There’s always a silence around the corner: Zercon is a jester, spitting out abusive (or self-loathing?) one-or-two liners but finding himself, as Walker himself explained it, “heckled by silence”: the voice is sent out into silence and darkness, supported by nothing. There’s something gloriously un-reassuring about these silences; the songs’ characters exist, like the people in Samuel Beckett’s radio work, as voices in a frightening darkness, out of which swarms of strings, clacking percussion, fizzing electronics may or may not emerge at any given moment.

Bish Bosch sees Scott becoming more Beckettian, also, in his lyrics’ unflinching bodily preoccupations. In childhood I had a friend who went through a phase: whenever he had a bruise on his arms or legs, would draw an outline around the bruise with a biro, and re-draw the line each morning so that his body was eventually just an obsessive chart of former damage.

These songs take violent, microscopic, slapstick-comic, invasive, biochemical approaches to the human carcase, making you realize how comparatively unbodily most supposedly visceral popular song really is. Take the closing image in Dimple, of a “lowering left-testicle night” and imagine how easily the following passage from Beckett’s Molloy might be filtered into Bish Bosch:

I had so to speak only one leg at my disposal, I was virtually one-legged, and I would have been happier, livelier, amputated at the groin. And if they had removed a few testicles into the bargain I wouldn’t have objected. For from such testicles as mine, dangling at mid-thigh at the end of a meagre chord, there was nothing more to be squeezed, not a drop. So that non che la speme il desiderio, and I longed to see them gone, from the old stand where they bore false witness, for and against, in the lifelong charge against me. For if they accused me of having made a balls of it, of me, of them, they thanked me for it too, from the depths of their rotten bag, the right lower than the left, or inversely, I forget, decaying circus clowns.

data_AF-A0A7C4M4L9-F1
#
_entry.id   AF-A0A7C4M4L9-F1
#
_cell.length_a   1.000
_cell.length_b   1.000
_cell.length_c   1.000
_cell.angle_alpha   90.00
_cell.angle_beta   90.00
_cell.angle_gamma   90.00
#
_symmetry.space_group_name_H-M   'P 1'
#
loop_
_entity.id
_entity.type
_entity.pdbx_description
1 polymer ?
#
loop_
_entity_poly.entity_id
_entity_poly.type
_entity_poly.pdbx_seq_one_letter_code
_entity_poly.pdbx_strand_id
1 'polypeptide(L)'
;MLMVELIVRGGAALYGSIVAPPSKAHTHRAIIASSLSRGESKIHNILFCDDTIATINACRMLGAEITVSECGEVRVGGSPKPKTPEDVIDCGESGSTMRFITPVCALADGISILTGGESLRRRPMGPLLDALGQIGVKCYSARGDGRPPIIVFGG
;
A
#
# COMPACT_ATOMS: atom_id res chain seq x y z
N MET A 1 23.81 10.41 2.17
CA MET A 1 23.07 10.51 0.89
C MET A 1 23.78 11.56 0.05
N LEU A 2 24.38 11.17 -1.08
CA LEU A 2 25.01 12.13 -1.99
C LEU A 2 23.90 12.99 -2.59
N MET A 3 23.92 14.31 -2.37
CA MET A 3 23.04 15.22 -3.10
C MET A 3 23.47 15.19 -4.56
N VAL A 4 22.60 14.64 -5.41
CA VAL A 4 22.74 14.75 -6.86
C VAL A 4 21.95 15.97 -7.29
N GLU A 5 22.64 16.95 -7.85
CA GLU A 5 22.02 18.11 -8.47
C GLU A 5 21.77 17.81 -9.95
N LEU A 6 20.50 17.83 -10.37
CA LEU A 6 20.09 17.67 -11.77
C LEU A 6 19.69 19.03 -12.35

Bish Bosch finishes off, of course, with Scott’s Christmas song, in the form of a personality test taken by Nicolae Ceasescu (before? after?) his Christmas Day execution; the same scrutiny applied to the body is now applied, chillingly, to what I expect is called human character.

 

[Finally, this is probably as good a time as any to give an airing to my earlier illustration of Scott Walker punching a donkey in the streets of Galway.]

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One Comment leave one →
  1. Alison permalink
    May 15, 2013 10:33 pm

    God I love how he sings those roman numerals. Randomly singing roman numerals like that is my new favorite hobby. I’d never heard that Roxy Music song. Wikipedia says CPL593H was the license plate of Bryan Ferry’s 1970 Mini Clubman. (I love my Mini so that’s interesting to me. I wonder if I could get it a fake license plate with roman numerals…)

    “I could talk talk talk talk talk myself to death
    But I believe I would only waste my breath”

    This lyric kind of bums me out because in the first song I ever recorded I had a line about how talking to myself was a waste of breath, and breath is rhymed with death. Oh well.